However, we do find three examples of the apostles, in particular the apostle Paul, baptizing an entire household of people when the parent made a confession of faith. Acts, Chapter 16, you read two of the examples. The first one was with a woman named Lydia in the town of Philippi. And Lydia gave her life to Christ. And the scripture says, when she gave her life to Christ, she and her entire family were baptized. The word household or family there usually signifies a family with children, a household with children. Not only was Lydia baptized with her entire family after her profession of faith, but later on in that chapter when the apostle Paul was in prison and the prison cells were shaken open by the power of the Holy Spirit, the jailer was afraid and cried out to Paul, “What must I do to be saved?” And Paul led him to Christ. And the scripture says that very night in the middle of the night when Paul led him to Christ, he took Paul to his home and Paul baptized not only this man, but also his entire family because of the confession of faith of the father.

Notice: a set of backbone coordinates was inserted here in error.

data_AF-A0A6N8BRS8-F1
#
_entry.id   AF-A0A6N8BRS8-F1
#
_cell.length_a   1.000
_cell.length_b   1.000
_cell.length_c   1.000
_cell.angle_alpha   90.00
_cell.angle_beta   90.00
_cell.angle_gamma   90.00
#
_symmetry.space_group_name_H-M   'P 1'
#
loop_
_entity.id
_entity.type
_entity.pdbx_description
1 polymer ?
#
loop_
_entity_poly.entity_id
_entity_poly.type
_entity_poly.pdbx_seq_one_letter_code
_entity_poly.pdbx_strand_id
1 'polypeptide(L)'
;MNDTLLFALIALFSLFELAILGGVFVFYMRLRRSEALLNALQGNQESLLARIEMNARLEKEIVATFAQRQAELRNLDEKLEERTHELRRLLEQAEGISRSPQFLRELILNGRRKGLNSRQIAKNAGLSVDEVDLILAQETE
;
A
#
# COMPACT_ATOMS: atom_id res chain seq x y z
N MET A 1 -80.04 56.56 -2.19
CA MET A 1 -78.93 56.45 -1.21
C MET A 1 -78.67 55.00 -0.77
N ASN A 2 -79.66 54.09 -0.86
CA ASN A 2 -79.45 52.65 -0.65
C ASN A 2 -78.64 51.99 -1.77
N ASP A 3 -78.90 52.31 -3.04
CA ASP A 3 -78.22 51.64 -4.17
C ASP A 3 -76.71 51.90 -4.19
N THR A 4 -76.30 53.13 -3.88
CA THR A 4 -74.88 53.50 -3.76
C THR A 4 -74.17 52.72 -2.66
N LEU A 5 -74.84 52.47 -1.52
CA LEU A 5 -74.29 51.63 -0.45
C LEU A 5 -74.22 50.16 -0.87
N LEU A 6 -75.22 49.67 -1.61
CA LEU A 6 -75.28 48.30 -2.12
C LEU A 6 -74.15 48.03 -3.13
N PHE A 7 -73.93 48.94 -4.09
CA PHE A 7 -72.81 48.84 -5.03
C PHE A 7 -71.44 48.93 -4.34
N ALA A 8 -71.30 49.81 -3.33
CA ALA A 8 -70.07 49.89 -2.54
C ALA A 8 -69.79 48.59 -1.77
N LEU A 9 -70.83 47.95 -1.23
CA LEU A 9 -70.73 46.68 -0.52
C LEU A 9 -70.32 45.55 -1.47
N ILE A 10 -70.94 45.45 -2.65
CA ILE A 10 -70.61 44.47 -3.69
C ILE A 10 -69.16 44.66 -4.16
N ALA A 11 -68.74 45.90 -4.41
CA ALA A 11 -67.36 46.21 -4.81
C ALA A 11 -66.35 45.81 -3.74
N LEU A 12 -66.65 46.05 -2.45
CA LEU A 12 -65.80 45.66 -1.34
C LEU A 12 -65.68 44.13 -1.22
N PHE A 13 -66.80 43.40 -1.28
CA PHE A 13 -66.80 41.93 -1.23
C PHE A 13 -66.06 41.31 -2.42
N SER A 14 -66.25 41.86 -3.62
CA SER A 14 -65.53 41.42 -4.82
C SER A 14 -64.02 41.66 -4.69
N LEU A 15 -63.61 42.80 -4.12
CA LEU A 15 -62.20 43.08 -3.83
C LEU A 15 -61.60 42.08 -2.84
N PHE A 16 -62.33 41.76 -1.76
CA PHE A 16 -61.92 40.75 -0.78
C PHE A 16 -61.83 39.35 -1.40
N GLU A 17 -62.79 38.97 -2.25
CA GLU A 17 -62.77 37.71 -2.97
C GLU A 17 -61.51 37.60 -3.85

Then finally in 1 Corinthians, Chapter 1, we read that the apostle Paul also baptized the household or family of Stephanas. So there are no examples in the New Testament of what happens in terms of dedicating children and then postponing their baptism, but we do have three examples of entire families being baptized as a response to and a result of the faith of the parents. Then look at Jesus’ response to children. Because while, again, in the New Testament we don’t read about postponing baptisms for children, we do read this on the lips of Jesus, when there were families, parents who brought their children to Jesus, the disciples got irritated. Do you remember the story? The parents were bringing their children to Jesus. The disciples said, “Don’t do that, don’t bother the teacher with children. He’s got more important things to do than to deal with little children.” And do you remember what Jesus does? He sternly rebukes the disciples and said, in the words of King James, “Suffer the little children to come unto me and forbid them not for of such is the kingdom of heaven.” The kingdom of heaven belongs to these. Is it possible that if the kingdom of heaven belongs to children and if we can’t even enter the kingdom of heaven unless we become like a child, that children will be excluded from God’s promises until they are old enough to answer for themselves?